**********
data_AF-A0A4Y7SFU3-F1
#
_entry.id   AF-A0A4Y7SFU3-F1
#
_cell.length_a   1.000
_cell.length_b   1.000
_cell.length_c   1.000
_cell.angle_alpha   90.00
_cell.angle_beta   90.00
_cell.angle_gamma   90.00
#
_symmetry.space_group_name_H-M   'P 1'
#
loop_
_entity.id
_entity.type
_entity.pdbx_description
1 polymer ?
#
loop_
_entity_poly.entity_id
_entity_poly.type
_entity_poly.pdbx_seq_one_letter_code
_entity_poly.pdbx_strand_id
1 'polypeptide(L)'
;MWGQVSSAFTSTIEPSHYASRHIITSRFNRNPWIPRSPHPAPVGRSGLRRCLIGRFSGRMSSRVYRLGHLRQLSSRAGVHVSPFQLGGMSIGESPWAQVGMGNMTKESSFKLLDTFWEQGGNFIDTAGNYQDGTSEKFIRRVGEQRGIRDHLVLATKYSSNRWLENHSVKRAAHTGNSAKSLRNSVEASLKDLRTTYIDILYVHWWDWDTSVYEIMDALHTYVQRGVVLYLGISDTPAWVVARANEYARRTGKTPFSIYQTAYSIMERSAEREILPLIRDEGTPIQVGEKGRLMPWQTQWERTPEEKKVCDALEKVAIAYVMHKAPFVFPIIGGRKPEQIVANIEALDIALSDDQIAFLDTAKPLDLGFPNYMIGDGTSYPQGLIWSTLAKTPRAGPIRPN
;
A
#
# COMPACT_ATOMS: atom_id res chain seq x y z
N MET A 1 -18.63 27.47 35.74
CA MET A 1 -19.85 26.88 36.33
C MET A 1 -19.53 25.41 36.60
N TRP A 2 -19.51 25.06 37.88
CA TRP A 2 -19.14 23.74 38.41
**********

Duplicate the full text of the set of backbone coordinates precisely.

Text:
data_AF-A0A4Y7SFU3-F1
#
_entry.id   AF-A0A4Y7SFU3-F1
#
_cell.length_a   1.000
_cell.length_b   1.000
_cell.length_c   1.000
_cell.angle_alpha   90.00
_cell.angle_beta   90.00
_cell.angle_gamma   90.00
#
_symmetry.space_group_name_H-M   'P 1'
#
loop_
_entity.id
_entity.type
_entity.pdbx_description
1 polymer ?
#
loop_
_entity_poly.entity_id
_entity_poly.type
_entity_poly.pdbx_seq_one_letter_code
_entity_poly.pdbx_strand_id
1 'polypeptide(L)'
;MWGQVSSAFTSTIEPSHYASRHIITSRFNRNPWIPRSPHPAPVGRSGLRRCLIGRFSGRMSSRVYRLGHLRQLSSRAGVHVSPFQLGGMSIGESPWAQVGMGNMTKESSFKLLDTFWEQGGNFIDTAGNYQDGTSEKFIRRVGEQRGIRDHLVLATKYSSNRWLENHSVKRAAHTGNSAKSLRNSVEASLKDLRTTYIDILYVHWWDWDTSVYEIMDALHTYVQRGVVLYLGISDTPAWVVARANEYARRTGKTPFSIYQTAYSIMERSAEREILPLIRDEGTPIQVGEKGRLMPWQTQWERTPEEKKVCDALEKVAIAYVMHKAPFVFPIIGGRKPEQIVANIEALDIALSDDQIAFLDTAKPLDLGFPNYMIGDGTSYPQGLIWSTLAKTPRAGPIRPN
;
A
#
# COMPACT_ATOMS: atom_id res chain seq x y z
N MET A 1 -18.63 27.47 35.74
CA MET A 1 -19.85 26.88 36.33
C MET A 1 -19.53 25.41 36.60
N TRP A 2 -19.51 25.06 37.88
CA TRP A 2 -19.14 23.74 38.41